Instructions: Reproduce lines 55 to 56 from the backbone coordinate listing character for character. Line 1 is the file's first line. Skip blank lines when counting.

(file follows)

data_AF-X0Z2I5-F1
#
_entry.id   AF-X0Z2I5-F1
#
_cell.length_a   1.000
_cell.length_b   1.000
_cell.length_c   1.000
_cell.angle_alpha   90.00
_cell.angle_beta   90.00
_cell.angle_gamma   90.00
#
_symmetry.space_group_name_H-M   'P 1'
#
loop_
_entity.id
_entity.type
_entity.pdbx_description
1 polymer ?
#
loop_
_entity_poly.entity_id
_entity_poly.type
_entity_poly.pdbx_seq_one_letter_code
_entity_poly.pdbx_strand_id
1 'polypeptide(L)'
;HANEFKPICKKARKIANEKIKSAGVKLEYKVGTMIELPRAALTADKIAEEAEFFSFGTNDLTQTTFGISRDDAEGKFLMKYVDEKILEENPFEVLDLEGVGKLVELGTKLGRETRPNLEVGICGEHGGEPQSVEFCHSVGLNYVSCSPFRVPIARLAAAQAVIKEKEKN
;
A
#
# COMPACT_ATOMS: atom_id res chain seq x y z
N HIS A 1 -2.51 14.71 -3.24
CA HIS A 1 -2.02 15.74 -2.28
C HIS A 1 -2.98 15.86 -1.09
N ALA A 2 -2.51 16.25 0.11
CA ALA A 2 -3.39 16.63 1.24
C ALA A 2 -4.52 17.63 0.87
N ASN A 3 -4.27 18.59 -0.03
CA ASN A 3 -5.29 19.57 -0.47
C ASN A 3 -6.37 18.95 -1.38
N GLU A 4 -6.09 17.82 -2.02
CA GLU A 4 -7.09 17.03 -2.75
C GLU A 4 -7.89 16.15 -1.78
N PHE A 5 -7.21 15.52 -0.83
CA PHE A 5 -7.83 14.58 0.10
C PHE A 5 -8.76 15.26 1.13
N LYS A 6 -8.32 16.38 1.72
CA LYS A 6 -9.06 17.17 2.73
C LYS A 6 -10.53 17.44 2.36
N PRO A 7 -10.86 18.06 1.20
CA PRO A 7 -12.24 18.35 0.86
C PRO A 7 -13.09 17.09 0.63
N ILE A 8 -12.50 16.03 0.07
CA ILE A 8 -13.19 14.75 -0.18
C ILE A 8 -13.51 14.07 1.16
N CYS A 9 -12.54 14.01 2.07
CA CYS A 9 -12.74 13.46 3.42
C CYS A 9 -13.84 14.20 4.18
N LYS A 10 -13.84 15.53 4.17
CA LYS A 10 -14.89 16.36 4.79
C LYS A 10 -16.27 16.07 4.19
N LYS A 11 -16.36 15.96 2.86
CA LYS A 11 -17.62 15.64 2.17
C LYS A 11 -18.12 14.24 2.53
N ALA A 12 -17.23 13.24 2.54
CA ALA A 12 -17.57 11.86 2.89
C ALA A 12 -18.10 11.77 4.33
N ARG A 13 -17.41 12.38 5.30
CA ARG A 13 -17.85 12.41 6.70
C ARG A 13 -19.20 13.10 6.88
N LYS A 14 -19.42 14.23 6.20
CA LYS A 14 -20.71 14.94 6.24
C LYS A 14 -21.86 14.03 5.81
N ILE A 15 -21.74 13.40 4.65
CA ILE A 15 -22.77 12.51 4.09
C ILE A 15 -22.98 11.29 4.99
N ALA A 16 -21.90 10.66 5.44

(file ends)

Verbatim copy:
N CYS A 9 -12.54 14.01 2.07
CA CYS A 9 -12.74 13.46 3.42